The Ministry of Justice publish new statistics on insolvency usage in English and Welsh courts for the first quarter 2010
- "2,777 company winding up petitions for dissolving a company that cannot pay its debts, made either by a shareholder, director, or creditor – a decrease of 20% on the same quarter of 2009 and an increase of 4% on the previous quarter.
- 4,329 individual bankruptcy petitions made by creditors (the person to whom the debt is owed) – a decrease of 5% on the same quarter of 2009 and a 4% increase on the previous quarter.
- 16,348 individual bankruptcy petitions made by debtors (the person who owes the debt) – a decrease of 3% on the same quarter of 2009 and a 20% increase on the previous quarter."
The Ministry of Justice also mull on some recent changes to insolvency law that may have affected the figures. They note:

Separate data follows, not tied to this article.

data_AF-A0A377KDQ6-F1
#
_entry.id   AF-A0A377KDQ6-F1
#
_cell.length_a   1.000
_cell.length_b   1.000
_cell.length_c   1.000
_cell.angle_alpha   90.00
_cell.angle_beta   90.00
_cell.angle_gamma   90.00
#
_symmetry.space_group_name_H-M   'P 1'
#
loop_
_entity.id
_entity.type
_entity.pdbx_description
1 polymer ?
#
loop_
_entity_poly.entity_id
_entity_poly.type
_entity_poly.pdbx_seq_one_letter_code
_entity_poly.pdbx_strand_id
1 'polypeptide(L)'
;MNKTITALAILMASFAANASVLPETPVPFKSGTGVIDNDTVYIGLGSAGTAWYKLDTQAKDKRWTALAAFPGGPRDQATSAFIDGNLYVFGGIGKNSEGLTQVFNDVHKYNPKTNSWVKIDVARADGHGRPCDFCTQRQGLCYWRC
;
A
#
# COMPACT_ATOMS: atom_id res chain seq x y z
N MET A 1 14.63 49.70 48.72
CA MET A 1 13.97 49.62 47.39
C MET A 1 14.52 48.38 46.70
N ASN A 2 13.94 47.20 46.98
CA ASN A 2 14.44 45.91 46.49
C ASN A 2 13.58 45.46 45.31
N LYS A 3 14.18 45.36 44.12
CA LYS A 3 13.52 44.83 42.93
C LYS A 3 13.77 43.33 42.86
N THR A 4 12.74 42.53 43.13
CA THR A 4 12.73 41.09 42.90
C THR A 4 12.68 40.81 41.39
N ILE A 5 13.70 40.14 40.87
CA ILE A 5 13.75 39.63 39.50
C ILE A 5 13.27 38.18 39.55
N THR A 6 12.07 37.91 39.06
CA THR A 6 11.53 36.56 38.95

"Increase in fees
Fees relating to The Official Receiver’s Deposit towards the costs of administering insolvency cases increased on 6th April 2010;
for debtors’ bankruptcy petitions from £360 to £450,
creditors’ bankruptcy petitions from £430 to £600,
and company winding up petitions from £715 to £1,000.
This created an incentive for companies and individuals to present petitions to the courts before 6th April and may therefore have resulted in the increase number of petitions being made in Q1 of 2010 compared to recent quarters.
Introduction of Debt Relief Orders
Debt Relief Orders (DROs) were introduced on 6 April 2009 through the Tribunals, Courts and Enforcement Act 2007. DROs provide debt relief, subject to some restrictions, and are suitable for people domiciled in England and Wales who do not own their own home, have little surplus income (no more than £50 a month), assets (other than possibly a car) not exceeding £300, and less than £15,000 of debt. As DROs offer an alternative route into personal insolvency, they are likely to have had a downward impact on the number of bankruptcies."